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Different Angles to China’s Digital Currency Plan

Chandler Guo may have been at the forefront of contributing to Bitcoin’s success including investigating in its mining operations, he now sees China’s Digital Currency/Electronic Payment (DC/EP) as a potential payment system that could become the dominant global currency.

“One day everyone in the world will be using DCEP,” the Chinese investor recently said to the UK’s BBC hinting that the DC/EP’s success will be powered by the people. “DCEP will be successful because there are a lot of Chinese people living outside of China – there are 39 million Chinese living outside of the country,” Guo adds. “If they have a connection with China they will use the DCEP. They can make DCEP become an international currency.”

Initially fraught with suspicion as it was dubbed a tool for monetary control and to monitor citizens, Guo’s suggestion that the people – those who would be tracked if the surveillance claim of the digital currency stands – could be the ones to make the DC/EP initiative succeed is a new angle.

China launched the DC/EP as a CBDC initiative, or digital yuan, to gain a head start as the first major economy to enter the government-backed digital currency space and it appears to be moving far more rapidly than the other economic superpowers moves towards digitisation. The rapid growth rate poses a serious threat to both the dollar and the euro, the two leading currencies in the world, according to a non-profit organisation in Germany, DGen, thus leading to an ideological perspective with its attendant likely impact on the global economy.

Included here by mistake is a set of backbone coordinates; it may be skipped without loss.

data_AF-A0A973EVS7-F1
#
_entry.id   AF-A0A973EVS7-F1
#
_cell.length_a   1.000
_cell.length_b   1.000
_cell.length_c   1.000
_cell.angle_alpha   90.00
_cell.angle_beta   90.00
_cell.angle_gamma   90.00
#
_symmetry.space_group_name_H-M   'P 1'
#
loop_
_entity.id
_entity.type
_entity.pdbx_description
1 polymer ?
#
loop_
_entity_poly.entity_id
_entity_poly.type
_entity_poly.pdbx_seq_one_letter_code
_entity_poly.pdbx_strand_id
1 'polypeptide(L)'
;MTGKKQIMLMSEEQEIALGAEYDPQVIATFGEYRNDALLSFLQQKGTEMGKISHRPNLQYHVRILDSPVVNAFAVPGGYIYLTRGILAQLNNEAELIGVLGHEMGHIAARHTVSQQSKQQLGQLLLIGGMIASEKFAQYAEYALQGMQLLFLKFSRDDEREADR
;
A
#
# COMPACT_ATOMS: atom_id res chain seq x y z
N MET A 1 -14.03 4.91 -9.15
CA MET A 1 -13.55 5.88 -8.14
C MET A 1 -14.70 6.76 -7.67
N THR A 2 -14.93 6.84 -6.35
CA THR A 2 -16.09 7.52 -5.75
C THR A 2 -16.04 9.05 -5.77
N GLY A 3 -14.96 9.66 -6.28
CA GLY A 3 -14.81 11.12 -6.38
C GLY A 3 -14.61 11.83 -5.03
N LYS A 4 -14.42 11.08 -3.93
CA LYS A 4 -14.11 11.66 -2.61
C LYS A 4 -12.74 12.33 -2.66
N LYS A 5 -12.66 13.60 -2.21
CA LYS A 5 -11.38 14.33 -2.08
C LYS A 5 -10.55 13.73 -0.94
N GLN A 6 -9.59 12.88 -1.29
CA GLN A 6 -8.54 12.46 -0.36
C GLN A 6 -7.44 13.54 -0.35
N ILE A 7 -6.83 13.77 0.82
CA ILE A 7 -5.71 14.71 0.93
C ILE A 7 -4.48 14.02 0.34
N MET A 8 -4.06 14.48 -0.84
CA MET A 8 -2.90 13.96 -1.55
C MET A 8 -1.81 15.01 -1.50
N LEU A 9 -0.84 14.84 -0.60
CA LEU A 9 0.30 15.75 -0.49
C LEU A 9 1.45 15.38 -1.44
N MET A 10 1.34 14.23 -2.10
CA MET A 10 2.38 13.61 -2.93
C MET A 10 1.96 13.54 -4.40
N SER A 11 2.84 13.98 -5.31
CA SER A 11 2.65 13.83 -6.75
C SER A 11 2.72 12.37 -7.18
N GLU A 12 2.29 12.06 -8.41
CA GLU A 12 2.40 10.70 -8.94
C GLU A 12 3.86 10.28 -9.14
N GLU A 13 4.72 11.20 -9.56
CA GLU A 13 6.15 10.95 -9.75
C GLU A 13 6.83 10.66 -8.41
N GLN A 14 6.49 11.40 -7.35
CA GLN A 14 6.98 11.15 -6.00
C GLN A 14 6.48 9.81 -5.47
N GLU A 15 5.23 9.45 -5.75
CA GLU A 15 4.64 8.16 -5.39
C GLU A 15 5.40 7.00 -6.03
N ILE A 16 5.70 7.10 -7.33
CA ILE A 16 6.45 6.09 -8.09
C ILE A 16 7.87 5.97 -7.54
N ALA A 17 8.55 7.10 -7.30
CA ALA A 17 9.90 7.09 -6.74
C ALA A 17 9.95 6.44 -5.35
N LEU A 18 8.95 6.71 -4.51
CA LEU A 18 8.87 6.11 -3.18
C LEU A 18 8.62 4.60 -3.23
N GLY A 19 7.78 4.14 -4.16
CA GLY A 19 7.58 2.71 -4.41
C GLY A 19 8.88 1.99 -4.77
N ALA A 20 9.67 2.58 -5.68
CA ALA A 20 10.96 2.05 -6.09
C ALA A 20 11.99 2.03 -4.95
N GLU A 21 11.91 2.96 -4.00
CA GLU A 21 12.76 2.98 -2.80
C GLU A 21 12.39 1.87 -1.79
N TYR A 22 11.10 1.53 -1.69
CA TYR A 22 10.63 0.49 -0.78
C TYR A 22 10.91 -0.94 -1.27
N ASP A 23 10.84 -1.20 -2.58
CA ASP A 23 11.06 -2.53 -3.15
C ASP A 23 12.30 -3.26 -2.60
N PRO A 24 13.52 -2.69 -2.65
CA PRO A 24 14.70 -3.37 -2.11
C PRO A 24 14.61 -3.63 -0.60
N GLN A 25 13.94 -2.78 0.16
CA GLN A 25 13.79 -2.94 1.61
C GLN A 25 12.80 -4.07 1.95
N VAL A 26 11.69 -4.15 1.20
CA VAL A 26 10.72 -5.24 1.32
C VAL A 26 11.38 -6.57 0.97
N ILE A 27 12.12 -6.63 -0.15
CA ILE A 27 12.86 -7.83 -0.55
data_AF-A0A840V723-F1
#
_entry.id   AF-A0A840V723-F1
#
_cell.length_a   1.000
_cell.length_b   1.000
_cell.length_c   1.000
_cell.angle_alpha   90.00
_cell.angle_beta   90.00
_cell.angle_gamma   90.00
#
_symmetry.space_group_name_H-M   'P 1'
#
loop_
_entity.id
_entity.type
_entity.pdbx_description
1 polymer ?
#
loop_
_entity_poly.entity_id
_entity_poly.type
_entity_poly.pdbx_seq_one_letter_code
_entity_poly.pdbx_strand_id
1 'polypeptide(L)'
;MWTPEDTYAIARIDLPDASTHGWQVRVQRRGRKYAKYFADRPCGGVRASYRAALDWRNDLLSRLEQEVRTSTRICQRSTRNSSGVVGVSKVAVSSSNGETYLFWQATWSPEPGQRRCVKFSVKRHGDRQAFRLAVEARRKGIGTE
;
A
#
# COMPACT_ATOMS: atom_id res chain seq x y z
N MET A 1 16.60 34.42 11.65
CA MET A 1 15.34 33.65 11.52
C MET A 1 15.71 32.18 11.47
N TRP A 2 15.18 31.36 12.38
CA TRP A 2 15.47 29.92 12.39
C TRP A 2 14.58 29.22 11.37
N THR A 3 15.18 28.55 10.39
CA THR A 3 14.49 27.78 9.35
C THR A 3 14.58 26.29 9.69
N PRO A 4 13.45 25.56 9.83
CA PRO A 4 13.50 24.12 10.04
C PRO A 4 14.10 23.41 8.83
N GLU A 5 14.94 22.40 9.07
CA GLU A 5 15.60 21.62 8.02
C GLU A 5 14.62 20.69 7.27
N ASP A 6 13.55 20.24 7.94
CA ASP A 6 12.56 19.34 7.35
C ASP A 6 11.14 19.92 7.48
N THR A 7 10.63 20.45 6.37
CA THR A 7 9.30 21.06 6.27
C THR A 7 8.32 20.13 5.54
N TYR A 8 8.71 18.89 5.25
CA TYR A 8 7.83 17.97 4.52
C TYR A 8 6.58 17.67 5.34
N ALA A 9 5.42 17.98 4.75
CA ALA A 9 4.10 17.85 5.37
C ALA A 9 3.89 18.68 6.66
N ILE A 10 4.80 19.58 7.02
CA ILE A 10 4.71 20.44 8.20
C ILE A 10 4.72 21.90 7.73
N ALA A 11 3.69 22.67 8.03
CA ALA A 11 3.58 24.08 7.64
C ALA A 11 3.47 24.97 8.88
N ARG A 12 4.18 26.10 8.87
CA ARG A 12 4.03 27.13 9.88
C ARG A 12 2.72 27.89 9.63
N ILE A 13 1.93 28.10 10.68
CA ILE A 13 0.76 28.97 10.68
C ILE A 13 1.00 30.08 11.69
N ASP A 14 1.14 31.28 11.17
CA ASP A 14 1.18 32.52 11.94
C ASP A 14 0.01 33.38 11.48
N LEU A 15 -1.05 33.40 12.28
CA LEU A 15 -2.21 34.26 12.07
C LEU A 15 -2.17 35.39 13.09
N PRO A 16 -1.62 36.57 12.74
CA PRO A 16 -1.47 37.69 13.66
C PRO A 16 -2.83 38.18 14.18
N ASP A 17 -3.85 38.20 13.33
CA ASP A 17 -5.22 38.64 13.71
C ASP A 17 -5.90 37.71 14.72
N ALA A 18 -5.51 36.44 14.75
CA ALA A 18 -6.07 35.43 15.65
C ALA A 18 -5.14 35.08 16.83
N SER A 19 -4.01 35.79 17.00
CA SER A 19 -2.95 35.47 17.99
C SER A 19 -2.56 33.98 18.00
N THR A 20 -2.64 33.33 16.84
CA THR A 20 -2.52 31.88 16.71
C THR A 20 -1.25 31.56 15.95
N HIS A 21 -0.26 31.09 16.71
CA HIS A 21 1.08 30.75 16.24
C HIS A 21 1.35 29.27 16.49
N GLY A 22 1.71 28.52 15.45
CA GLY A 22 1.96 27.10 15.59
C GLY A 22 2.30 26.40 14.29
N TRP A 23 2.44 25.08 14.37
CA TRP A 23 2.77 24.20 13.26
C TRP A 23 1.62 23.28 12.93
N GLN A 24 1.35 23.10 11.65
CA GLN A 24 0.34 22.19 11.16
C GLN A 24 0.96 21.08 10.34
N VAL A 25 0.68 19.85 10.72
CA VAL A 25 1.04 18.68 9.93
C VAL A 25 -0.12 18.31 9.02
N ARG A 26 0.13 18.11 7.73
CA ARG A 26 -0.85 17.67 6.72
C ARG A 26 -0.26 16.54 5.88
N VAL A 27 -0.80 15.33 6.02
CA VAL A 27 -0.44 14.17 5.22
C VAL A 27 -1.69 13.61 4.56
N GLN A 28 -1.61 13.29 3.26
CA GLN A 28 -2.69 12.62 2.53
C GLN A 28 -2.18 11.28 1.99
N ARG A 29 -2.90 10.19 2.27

“A digital Yuan, formally known as the Digital Currency/Electronic Payment (DC/EP), is increasingly part of the plan to dismantle the Dollar,” DGen states in its latest CBDCs:Geopolitical Ramifications of a Major Digital Currency report. “In fact, the plan for the DC/EP includes the Blockchain Services Network (BSN), which will boost blockchain adoption in China, and is specifically designed with digital assets in mind, paving the way to a more integrated payments method. The battle for economic prominence continues to grow and has turned into an increasingly ugly political and economic battle.”

While Guo’s view may be somewhat new, and the digital yuan probably rise above existing top global currencies probable, some are still cautious of what the initiative could achieve and need to be convinced otherwise. They include the likes of Eswar Prasad, a professor of economics at the School of Applied Economics and Management at Cornell University, who believes that China’s Cross-Border Interbank Payment System, introduced in 2015, is a more important innovation than DC/EP as it makes it easier to use the yuan for international transactions.

Though the DCEP could eventually be linked up to the cross-border payments system, further digitizing international payments, the DCEP by itself will make little difference to whether foreign investors regard the yuan as a reserve currency, Prasad writes in an opinion piece for Caixin Global.

Meanwhile, China’s top broadcaster, CCTV, and state-owned news agency, Xinhua have both published content this week to highlight crypto assets’ 70% growth this year so far. A coordinated approach is new as so is the likely that’s to emerge in the digital currency space in time.

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